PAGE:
During a recent series of email exchanges, the subject turned to the question of the ideal size and resolution for biodiversity images. The suggestion was made that our goal should always be to capture the very highest possible resolution – and hence largest – images, using the best technology available.
As someone who is involved in producing reference images to support pest diagnosis and biodiversity research (see PaDIL), I certainly have a daily focus on producing the best images possible. In a sense, therefore, I certainly agree with my correspondent that, “spending the effort to capture good images at a high quality makes them much more useful to a greater audience”. Ideally, all images for virtual diagnostics would be prepared by highly trained specialists with unlimited time using cutting edge technology.
However I believe it is essential for us to balance this view. Lower-quality images are frequently perfectly adequate to tell us what we need. We usually make do with ‘good enough’ – and usually ‘good enough’ gets the job done. Understanding the difficulties that most people (scientists and citizen scientists) have in creating high quality images, we should not set too high a standard for the user to submit material. I’d like to illustrate this with an example.
I recently received the mite image below. For the entomologist in a New Guinea village who took this image, the limiting factor was not time and skill but rather equipment.
My correspondent worried that such an image might be of little use to a mite expert, but I would be very concerned if such a person was unable at least to make a tentative ID from what was supplied.
What was supplied included not only the photo but also metadata for the image. That metadata was location: New Guinea; and Host: Apis mellifera.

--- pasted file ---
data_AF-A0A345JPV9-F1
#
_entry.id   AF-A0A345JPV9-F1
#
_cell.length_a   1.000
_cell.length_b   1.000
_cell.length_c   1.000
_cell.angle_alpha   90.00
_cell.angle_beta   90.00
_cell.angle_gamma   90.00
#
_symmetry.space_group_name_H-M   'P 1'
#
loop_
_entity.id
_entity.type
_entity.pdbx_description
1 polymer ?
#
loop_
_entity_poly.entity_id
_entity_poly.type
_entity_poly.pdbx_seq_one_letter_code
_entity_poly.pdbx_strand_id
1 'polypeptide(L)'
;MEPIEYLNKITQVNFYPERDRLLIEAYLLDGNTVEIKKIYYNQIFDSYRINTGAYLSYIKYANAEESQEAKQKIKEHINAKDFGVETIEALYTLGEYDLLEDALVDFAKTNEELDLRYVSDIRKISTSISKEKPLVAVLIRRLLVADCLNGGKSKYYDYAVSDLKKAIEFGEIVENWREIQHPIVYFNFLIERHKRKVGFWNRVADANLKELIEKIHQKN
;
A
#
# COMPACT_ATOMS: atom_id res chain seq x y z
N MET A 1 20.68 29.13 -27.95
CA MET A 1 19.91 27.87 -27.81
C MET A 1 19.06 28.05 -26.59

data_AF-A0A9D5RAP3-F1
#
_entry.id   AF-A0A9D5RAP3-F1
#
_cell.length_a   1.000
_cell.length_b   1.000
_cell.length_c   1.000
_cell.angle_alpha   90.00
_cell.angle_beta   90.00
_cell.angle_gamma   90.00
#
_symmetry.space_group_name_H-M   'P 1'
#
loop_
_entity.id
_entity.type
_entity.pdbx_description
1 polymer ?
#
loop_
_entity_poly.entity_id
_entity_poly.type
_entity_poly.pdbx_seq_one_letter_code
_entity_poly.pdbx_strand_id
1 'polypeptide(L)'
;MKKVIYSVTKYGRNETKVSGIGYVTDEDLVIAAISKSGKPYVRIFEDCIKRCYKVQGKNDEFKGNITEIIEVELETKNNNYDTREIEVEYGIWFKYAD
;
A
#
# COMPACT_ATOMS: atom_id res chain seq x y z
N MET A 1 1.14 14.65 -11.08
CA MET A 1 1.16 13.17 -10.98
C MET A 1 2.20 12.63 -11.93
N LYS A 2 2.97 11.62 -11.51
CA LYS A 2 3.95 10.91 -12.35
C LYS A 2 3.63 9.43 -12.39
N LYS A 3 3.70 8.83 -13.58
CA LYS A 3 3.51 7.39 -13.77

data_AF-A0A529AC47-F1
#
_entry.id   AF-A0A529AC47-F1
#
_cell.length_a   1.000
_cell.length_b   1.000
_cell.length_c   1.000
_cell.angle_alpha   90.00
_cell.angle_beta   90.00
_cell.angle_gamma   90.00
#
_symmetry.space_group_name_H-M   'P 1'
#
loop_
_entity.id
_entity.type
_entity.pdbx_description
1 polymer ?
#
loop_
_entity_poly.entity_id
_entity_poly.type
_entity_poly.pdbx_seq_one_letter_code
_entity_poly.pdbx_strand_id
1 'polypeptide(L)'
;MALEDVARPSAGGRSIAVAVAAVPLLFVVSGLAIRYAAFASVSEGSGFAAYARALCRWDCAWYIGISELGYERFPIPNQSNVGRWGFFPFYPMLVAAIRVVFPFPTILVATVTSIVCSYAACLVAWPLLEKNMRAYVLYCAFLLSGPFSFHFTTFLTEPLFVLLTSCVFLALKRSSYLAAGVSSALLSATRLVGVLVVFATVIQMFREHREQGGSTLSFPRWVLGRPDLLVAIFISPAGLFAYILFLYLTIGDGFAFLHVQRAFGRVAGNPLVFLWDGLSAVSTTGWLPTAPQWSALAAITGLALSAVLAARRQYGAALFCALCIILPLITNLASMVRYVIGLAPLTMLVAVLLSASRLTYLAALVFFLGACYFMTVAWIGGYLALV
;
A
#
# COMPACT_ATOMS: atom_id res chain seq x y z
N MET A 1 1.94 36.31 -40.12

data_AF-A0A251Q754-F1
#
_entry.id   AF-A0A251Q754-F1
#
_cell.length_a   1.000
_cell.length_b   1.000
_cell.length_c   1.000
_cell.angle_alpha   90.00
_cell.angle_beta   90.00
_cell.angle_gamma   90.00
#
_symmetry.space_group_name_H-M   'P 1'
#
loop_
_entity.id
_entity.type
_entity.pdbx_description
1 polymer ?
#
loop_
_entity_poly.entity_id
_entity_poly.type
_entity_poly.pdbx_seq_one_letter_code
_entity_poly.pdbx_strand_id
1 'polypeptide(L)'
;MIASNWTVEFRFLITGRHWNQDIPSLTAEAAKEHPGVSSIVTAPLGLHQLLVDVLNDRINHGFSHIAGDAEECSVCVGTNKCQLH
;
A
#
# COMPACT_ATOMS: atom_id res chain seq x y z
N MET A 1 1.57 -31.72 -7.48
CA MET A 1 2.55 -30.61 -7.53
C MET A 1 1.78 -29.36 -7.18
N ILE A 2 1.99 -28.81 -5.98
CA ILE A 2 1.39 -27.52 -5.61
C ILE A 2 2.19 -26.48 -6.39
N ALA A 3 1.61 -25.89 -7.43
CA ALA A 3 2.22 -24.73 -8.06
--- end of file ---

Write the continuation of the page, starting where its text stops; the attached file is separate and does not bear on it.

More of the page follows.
Now there are only two genera of mites that attack Apis and which are of biosecurity concern to Australia, or indeed to SE Asia: Varroa and Tropilaelaps. One is oval in shape and one is elongate:
When Denis Anderson recently revised and described new species in the mite genus Tropilaelaps, I contacted him and asked for reference material to be image captured for PADIL.
He sent me all of the type slides, along with specimens preserved in OH, explained to me what diagnostic images to capture, and wrote diagnostics notes for each species. So I captured images of all four known species and put them on PaDIL with in incredible amount of detail.
I did “[spend] the effort to capture good images at a high quality [to] make them much more useful to a greater audience”, but I have always remembered the lessons I learned by talking to the users of such images – biosecurity diagnosticians.
I clearly remember having a discussion with some diagnosticians about a new high-quality taxonomic publication which included wonderful scanning electron micrographs (SEMs) showing diagnostic features in high detail. I assumed this book would be enormously useful to them, but they resoundingly replied that they hated it! The reason was that ” it is not what we see under the microscope”. I have never forgotten that lesson and I have endeavoured to take images that resemble what you see under a microscope.
The above image is the “perfect” ventral image for that species. Denis has done a wonderful job of preparing and slide mounting the specimen. I have used a $50,000+ Leica DM500 compound microscope with DIC (differential interference contrast) lightening regime and the single image is a montage of about 10 originals. And the image can be zoomified. What more could you possibly want?
Well, I also took images of unmounted specimens in OH and images of known intraspecific variation. And believe it or not, I was told that the OH images were more useful than the slide mounted images.
They clearly show the modified forelegs and the spanner like ventral and genitalia armature. The males have a space while there is no space in females
Which image do you think is more useful to the entomologist in a New Guinea village when looking down the microscope at a non-slide mounted specimen?
I intend to add these images to the PaDIL page to provide users with as many different views of the same animal.
So what’s the point of this?
We need to consider the likely users of our images. Sophisticated diagnostic images are very important – they help us to determine authoritatively whether a specimen does indeed belong to a particular species. However there is also an important role for images that show just how an organism looks to a normal observer, both in life as a dead specimen. For field observations, rough and ready images are likely to be the norm, but may be fully adequate to prove that the species has indeed been found at a particular time and place. All of these images can contribute in different ways to furthering our understanding of Australian biodiversity.